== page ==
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Understanding irony in conversations II

\"syllable-ito-isimo".

(Listen to this entry as a "blogcast" or continue scrolling down to read it)


As we told you in the previous entrywe will continue to give you hints to help you understand irony when speaking in SpanishIt is a very common resource but not always easy to identify for students from other countries and cultures.

It is not even ALWAYS obvious to speakers of the same language and culture, so sometimes, in addition to the ironic intonationwe accompany the phrase of other elements we are going to explain to you below.

 

Syllabication

Consists of pronouncing the words separating each of the syllablesmaking a slight pause between them: i-can't-can't-can't-can't-can't.

This is a call attention to the listenerThe user is warned that irony is being used in what is being said, and it is an element of the complementary to the ironic intonation.

In the example you can hear below, "El picante me encanta", the separation of the word "me encanta" (meen-can-ta) into its different syllables helps to understand that the speaker is using irony.

Of course, ironic intonation is also present and, together with the syllabication, it tells us that the meaning of the adjective we are using is the opposite of what we really want to convey: that I don't like spicy.

 

The use of superlatives and diminutives

The superlative can be used to exaggerate the strength of the statement and make it suspect to the ears of others. Y the diminutive can be used to trivialize reality and make fun of it of reality and, therefore, also to return to the suspect the comment so that the listener pays attention and looks for other meanings. 

A: How was the conference? ↓ / Interesting, isn't it?

B: In-te-re-san-san-si-ma →

In this example, the word "most interesting" is pronounced with the help of three elements:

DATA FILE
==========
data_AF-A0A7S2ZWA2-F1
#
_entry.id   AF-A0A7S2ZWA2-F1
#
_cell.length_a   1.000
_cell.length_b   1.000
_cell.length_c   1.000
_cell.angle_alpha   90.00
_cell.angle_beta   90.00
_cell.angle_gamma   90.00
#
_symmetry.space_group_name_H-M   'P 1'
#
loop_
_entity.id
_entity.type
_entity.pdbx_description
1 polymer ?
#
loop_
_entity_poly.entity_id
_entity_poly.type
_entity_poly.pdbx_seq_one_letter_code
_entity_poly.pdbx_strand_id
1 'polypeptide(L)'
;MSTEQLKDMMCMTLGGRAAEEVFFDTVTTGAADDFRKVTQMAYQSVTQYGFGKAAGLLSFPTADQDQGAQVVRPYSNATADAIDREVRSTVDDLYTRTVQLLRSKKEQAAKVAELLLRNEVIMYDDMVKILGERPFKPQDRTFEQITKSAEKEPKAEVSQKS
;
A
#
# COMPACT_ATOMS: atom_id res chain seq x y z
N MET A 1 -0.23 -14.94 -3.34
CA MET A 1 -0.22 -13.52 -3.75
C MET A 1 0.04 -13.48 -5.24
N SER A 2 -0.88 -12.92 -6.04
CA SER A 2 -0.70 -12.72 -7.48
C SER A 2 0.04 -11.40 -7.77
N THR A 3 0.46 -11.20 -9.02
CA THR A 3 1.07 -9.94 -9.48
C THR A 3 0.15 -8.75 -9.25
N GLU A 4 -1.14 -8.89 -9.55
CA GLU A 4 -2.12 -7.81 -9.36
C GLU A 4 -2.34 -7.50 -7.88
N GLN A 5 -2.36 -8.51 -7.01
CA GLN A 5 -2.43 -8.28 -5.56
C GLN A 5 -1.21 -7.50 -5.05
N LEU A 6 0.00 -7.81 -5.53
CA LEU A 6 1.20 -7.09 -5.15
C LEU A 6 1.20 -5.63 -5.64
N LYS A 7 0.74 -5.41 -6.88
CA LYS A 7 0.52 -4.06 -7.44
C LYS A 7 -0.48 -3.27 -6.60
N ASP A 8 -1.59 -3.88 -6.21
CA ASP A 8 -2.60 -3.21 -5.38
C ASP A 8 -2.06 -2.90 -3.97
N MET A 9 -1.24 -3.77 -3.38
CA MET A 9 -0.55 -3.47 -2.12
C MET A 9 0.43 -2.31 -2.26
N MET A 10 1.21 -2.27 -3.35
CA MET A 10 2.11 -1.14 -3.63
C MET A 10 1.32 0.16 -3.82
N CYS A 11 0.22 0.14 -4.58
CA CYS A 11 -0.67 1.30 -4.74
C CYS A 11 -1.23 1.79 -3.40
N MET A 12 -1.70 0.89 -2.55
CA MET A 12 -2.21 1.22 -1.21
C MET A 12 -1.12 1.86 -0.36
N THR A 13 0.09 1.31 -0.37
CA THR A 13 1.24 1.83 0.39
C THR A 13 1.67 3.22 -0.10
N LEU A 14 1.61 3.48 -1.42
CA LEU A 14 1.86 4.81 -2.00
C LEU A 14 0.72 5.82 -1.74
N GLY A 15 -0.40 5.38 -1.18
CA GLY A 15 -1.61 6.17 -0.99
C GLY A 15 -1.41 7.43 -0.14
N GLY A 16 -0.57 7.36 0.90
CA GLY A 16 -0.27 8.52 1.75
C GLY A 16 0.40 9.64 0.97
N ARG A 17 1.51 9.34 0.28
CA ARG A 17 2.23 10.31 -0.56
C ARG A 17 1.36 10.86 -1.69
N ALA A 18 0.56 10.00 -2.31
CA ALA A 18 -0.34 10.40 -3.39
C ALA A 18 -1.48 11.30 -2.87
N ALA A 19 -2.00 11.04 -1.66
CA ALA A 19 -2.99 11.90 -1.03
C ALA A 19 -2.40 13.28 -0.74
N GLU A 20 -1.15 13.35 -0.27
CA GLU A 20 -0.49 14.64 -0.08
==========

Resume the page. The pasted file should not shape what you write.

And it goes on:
• Ironic intonation.
  • Syllabication.
  • The use of the superlative.

This makes it an ironic phrase and the listener can understand that he or she did not find the lecture interesting.

Now listen to this example:

C: I thought you wouldn't make it / I've been waiting for a ra-ti-to


The phrase "I've been waiting for a while" is pronounced with the help of: 

  • Ironic intonation.
  • The use of the diminutive "-ito".
  • The syllabication in the word "ratito".

 

Listen to the following audios, in which ones do you think irony is used? Write in the comments which ones you find ironic and which ones you do not..

AUDIO 1

  • Quite a little car your brother has bought, hasn't he?
  • Yes / you see / what will you need a 4×4 for?

AUDIO 2

  • How nice she is
  • Just as nice as you are

AUDIO 3

  • Oh the other day he read / I saw in a / in a toy store a very nice airplane / super nice

AUDIO 4

  • It's a beautiful day

AUDIO 5

  • How was the movie the other day? I ended up falling asleep and couldn't watch it.
  • Good / not bad but / very long

AUDIO 6

  • You went to-you went to Madrid the other day, didn't you?
  • Yes, and it was a very short trip.

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